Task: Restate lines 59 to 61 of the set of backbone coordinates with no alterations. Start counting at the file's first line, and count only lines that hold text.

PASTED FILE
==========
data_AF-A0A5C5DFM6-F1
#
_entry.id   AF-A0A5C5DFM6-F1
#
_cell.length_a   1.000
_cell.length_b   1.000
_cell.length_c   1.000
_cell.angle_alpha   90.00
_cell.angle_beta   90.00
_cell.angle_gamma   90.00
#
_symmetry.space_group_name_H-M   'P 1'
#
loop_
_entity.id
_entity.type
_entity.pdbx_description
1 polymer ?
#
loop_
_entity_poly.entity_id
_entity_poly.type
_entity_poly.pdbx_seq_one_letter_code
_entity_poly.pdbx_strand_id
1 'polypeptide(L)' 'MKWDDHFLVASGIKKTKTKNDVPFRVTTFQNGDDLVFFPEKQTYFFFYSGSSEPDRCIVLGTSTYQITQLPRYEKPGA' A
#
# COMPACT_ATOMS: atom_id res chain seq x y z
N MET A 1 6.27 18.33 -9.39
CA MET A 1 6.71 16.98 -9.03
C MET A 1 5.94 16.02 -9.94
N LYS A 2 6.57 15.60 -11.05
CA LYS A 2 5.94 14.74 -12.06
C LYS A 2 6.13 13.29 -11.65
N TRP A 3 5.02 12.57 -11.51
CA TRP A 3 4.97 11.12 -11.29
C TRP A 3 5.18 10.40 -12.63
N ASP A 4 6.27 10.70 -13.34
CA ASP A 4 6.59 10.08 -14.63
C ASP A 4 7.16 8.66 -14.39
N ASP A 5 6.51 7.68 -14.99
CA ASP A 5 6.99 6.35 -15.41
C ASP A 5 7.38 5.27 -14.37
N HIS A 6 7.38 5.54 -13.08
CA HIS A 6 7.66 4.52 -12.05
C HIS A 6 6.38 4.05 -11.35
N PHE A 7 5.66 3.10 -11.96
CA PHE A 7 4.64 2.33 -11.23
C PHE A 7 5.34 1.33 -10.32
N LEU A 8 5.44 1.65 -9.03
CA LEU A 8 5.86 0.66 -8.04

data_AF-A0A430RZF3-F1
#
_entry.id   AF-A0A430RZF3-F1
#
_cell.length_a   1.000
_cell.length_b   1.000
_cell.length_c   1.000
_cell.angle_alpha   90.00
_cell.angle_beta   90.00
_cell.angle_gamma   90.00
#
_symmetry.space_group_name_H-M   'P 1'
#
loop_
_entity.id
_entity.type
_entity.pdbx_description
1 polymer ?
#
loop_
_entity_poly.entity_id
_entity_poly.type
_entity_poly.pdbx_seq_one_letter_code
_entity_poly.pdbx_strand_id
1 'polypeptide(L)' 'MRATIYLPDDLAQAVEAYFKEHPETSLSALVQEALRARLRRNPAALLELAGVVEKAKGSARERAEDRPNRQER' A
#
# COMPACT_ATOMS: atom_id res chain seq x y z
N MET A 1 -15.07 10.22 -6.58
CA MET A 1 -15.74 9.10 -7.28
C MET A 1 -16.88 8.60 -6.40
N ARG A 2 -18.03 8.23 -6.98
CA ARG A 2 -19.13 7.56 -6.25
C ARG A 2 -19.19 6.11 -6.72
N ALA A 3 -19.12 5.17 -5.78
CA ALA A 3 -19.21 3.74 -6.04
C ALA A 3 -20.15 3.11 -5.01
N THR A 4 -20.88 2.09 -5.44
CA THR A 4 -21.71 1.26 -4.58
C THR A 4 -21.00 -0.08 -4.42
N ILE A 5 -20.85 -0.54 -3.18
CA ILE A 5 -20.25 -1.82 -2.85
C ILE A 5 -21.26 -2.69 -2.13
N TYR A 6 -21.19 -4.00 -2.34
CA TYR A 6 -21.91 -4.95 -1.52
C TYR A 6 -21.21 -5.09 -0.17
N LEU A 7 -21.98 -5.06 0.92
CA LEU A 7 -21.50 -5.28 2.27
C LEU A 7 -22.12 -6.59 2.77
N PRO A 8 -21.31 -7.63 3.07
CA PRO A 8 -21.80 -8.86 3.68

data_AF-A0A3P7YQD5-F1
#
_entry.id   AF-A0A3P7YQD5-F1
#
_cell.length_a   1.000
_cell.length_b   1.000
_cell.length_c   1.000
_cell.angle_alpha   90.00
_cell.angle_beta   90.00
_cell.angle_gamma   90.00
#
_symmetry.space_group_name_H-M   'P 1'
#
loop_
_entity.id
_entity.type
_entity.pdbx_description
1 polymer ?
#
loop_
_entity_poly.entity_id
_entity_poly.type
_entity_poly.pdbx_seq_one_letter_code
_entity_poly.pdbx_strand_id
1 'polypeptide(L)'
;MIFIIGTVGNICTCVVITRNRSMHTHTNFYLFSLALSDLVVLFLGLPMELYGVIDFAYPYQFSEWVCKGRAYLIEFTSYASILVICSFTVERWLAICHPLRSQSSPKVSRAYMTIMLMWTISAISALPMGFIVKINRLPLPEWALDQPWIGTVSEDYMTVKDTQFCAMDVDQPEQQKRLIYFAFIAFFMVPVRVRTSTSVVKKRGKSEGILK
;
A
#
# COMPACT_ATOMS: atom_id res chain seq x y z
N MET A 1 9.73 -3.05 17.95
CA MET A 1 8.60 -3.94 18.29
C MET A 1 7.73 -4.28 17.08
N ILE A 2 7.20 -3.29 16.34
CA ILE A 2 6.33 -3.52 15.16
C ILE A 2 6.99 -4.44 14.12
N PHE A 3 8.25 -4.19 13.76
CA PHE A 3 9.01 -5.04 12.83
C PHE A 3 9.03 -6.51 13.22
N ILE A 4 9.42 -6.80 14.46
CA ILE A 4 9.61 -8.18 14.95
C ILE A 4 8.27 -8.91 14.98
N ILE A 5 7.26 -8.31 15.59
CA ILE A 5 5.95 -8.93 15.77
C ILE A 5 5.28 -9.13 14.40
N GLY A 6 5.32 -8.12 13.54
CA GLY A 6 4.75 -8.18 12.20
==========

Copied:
_cell.angle_beta   90.00
_cell.angle_gamma   90.00
#